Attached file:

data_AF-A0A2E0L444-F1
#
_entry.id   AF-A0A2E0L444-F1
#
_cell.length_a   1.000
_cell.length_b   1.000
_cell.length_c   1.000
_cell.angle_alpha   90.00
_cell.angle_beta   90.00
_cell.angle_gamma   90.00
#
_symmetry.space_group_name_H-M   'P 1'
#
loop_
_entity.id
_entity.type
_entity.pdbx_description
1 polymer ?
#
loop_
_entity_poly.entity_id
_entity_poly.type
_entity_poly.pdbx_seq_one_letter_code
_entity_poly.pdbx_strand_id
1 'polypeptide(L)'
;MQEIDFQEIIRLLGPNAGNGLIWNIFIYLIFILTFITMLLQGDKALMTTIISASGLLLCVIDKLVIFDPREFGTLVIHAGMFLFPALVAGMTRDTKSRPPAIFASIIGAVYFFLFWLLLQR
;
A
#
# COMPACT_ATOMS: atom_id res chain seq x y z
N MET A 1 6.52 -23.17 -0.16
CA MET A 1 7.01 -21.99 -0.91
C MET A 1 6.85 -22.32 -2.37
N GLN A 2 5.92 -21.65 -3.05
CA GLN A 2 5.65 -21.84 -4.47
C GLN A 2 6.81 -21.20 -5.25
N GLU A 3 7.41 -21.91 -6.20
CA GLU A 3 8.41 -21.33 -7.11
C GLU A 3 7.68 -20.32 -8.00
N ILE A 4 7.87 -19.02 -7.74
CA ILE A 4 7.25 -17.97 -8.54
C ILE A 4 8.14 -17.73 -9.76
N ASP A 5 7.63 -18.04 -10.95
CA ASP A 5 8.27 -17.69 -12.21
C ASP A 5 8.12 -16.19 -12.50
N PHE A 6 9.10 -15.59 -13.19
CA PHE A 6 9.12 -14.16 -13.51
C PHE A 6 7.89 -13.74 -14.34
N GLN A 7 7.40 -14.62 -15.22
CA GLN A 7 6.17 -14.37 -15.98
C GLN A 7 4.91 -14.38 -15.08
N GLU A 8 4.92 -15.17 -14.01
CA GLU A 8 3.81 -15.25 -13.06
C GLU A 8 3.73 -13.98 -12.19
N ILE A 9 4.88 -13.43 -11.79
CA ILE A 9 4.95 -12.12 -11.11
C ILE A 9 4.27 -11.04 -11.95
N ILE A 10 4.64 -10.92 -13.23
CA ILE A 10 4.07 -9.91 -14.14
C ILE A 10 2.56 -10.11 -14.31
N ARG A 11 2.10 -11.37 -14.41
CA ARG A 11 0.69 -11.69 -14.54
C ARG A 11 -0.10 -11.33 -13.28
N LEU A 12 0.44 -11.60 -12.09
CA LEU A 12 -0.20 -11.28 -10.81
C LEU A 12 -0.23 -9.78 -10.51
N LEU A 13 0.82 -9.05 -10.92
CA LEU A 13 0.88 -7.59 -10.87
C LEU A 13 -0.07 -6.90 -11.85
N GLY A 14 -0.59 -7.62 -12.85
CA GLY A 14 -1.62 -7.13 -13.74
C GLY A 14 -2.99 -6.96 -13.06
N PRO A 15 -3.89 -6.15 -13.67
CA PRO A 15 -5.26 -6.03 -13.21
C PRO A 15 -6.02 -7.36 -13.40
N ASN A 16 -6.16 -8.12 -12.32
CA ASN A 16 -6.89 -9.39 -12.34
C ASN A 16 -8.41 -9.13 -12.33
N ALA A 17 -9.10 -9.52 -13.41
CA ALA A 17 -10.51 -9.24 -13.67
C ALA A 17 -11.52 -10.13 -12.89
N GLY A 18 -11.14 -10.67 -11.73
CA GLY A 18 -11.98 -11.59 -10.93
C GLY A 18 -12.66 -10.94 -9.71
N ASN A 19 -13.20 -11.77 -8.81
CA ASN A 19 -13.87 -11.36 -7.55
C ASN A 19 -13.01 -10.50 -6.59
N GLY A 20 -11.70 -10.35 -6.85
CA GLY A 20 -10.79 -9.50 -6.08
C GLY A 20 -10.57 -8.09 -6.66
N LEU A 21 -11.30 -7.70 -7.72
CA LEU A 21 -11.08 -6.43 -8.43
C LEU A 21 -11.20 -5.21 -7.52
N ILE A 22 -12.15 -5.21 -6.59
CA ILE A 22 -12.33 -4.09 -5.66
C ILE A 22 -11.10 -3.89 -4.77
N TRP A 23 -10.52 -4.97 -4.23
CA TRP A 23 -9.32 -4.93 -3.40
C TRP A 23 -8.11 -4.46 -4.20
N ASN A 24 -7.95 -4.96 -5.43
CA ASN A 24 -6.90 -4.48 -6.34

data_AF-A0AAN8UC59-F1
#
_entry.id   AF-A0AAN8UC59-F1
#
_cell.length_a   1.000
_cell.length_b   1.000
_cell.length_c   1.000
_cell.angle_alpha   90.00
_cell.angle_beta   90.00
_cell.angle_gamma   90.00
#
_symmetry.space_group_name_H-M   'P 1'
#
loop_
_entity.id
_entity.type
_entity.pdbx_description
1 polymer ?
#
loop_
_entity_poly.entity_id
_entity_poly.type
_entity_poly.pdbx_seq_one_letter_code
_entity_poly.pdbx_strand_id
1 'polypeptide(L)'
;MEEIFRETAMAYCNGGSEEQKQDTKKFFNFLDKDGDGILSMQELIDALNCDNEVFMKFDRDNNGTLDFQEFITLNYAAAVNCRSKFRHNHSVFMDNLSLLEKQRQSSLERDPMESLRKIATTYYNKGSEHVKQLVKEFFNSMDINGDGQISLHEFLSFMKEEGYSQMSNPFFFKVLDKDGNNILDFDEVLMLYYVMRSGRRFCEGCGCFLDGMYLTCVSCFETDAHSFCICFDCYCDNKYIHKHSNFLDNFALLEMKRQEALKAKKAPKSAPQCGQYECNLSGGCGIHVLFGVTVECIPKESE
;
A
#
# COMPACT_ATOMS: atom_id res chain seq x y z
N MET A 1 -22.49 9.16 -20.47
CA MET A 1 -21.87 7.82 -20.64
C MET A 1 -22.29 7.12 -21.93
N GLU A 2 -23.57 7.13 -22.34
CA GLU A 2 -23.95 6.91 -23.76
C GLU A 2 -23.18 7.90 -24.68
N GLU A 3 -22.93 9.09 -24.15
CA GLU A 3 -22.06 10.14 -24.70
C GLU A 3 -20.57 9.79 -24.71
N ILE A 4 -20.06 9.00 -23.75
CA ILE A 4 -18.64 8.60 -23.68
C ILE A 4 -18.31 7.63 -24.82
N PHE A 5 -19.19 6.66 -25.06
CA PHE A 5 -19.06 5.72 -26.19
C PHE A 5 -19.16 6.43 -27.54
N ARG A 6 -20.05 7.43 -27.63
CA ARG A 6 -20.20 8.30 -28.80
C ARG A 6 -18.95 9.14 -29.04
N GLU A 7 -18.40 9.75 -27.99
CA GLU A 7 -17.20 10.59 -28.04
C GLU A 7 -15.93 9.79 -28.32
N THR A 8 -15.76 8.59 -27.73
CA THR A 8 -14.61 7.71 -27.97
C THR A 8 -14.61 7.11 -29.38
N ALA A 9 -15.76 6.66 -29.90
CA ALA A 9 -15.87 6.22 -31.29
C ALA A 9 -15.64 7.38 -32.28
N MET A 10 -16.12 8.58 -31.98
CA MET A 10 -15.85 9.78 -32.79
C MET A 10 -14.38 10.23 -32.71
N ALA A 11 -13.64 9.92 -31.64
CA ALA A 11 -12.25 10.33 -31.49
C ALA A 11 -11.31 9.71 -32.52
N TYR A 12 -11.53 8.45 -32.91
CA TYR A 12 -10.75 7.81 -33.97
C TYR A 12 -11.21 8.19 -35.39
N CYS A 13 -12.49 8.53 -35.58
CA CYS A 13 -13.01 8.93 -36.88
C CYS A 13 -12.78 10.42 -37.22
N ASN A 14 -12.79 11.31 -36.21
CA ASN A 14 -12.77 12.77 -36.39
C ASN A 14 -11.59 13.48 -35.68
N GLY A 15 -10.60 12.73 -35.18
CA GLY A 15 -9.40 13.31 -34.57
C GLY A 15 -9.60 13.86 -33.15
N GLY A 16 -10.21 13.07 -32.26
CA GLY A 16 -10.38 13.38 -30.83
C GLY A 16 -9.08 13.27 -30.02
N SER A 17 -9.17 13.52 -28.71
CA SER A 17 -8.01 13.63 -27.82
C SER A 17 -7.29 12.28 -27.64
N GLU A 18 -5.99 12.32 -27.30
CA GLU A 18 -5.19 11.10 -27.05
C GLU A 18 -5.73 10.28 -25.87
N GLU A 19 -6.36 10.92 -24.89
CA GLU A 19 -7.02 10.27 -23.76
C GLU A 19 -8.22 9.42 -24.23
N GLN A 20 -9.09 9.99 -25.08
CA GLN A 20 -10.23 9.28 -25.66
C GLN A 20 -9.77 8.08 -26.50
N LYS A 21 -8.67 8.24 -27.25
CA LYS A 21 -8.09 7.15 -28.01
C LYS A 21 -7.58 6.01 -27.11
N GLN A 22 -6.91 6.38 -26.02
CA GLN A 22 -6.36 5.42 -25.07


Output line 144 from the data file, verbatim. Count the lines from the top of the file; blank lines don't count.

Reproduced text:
N PHE A 5 -19.19 6.66 -25.06